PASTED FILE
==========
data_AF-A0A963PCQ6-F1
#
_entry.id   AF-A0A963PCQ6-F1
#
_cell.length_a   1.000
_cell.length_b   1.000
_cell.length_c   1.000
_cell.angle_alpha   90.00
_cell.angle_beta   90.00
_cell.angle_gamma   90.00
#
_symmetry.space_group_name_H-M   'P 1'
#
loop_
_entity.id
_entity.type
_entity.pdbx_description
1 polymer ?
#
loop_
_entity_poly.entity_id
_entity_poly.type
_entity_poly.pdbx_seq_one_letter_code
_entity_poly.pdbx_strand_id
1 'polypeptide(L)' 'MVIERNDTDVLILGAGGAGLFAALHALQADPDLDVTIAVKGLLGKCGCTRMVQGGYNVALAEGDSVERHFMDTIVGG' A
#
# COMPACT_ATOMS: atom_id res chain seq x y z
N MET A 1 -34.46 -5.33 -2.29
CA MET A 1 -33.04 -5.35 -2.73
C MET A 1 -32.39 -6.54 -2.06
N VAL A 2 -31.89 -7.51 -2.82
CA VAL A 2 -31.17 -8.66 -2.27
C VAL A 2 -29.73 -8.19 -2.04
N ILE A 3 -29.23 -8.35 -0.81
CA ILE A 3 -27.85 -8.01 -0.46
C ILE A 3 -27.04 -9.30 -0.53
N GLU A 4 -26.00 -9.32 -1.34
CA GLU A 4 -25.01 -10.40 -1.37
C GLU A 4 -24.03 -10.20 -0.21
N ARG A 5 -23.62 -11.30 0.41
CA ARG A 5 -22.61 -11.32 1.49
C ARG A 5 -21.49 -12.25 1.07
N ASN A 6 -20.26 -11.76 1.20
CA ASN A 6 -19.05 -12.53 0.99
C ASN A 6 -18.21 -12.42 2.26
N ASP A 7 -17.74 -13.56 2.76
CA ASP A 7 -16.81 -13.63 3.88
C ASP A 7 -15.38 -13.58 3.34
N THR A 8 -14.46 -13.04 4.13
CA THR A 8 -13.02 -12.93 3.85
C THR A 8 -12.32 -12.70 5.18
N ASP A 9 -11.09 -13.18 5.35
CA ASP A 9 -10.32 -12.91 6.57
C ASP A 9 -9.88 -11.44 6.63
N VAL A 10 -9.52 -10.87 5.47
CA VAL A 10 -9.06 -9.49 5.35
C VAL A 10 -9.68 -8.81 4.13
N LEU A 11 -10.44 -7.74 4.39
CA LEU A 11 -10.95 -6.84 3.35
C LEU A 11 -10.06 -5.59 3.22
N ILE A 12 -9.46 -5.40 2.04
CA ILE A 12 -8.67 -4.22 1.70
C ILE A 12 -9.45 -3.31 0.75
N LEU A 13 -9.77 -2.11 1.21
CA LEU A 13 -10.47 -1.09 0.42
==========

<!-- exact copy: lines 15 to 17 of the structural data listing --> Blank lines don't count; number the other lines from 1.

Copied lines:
_entity.id
_entity.type
_entity.pdbx_description